Choosing Resident Alien Status

If you are a dual-status alien, you can choose to be treated as a U.S. resident for the entire year if all the following apply.

  • You were a non-resident alien at the beginning of the year.
  • You are a resident alien or U.S. citizen at the end of the year.
  • You are married to a U.S. citizen or resident alien at the end of the year.
  • Your spouse joins you in making a choice.

This includes situations in which both you and your spouse were non-resident aliens at the beginning of the tax year, and both of you are resident aliens at the end of the tax year.

Note. As a Single filing status at the end of the year, you cannot make this choice.

Non-resident Spouse Treated as a Resident

If you are married and one spouse is a U.S. citizen or a resident alien, and the other spouse is a non-resident alien, you can choose to treat the non-resident spouse as a U.S. resident. This includes situations in which one spouse is a non-resident alien at the beginning of the tax year, but a resident alien at the end of the year, and the other spouse is a non-resident alien at the end of the year.

Alien Tax Status First-Year Choice

If you do not meet either the green card test or the substantial presence test for the current year (for example, 2019) or the prior year (2018), and you did not choose to be treated as a U.S. resident for part of the prior year (2018), but you meet the substantial presence test in the following year (2020), you can choose to be treated as a U.S. resident for part of the current year (2019) and be taxed as a dual-status alien for the current year (2019). To make this first-year choice, you must:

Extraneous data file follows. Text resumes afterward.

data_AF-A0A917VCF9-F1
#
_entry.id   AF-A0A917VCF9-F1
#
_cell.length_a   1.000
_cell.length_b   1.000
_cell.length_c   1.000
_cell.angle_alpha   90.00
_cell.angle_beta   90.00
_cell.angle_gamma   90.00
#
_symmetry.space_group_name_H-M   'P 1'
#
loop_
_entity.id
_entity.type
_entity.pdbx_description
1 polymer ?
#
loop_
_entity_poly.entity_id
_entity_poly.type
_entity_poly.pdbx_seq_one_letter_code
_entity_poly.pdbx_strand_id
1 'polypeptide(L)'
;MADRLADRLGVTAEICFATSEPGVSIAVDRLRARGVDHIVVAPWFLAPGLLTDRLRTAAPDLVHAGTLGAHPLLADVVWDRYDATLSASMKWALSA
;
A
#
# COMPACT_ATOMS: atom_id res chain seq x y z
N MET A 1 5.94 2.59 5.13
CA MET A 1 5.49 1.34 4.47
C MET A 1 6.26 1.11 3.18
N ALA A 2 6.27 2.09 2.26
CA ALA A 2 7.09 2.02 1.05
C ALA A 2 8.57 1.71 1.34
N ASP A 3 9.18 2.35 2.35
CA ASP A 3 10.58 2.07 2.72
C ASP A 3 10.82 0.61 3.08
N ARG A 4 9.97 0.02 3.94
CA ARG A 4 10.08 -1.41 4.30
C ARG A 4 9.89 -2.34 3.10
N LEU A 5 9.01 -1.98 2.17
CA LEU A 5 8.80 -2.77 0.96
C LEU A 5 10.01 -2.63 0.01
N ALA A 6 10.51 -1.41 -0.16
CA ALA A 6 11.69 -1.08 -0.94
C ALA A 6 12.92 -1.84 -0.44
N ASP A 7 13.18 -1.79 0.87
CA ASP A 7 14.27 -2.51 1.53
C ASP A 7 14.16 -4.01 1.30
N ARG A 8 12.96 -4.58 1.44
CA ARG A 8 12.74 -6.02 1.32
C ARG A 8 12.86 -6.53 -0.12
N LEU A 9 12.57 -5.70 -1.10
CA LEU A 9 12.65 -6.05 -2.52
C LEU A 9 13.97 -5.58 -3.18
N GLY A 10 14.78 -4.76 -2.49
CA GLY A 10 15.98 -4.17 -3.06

1. Be present in the United States for at least 31 days in a row in the current year (2019), and

Be present in the United States for at least 75% of the number of days following the 31-day period, beginning with the first day of the 31-day period and ending with the last day of the current year (2019). (For purposes of this 75% requirement, you can treat up to 5 days of absence from the United States as days of presence in the United States.)

Alien Federal Income Tax Rate

You are an alien if not a U.S. citizen. You are a non-resident alien if you do not meet either the green card test or the substantial presence test.

– If you are filing as a U.S. resident alien, your federal tax bracket is the same as for a U.S. citizen.

– If you are filing as a non-resident alien in the United States, your federal tax bracket is the same as for a U.S. person for your income from business or employment in the USA.

– However, a non-resident alien pays a flat income tax rate of 30% on all your passive income from interest, dividends, rents, or royalties unless a tax treaty specifies a lower rate.

For 2020 and 2021 Federal income tax brackets, please visit our Latest News.

 

Disclaimer: Information in the blog/post/article has been presented for a broad and simple understanding. This is not legal advice. RKB Accounting & Tax Services does not accept any liability for its application in any real situations. You need to contact your accountant or us for further information.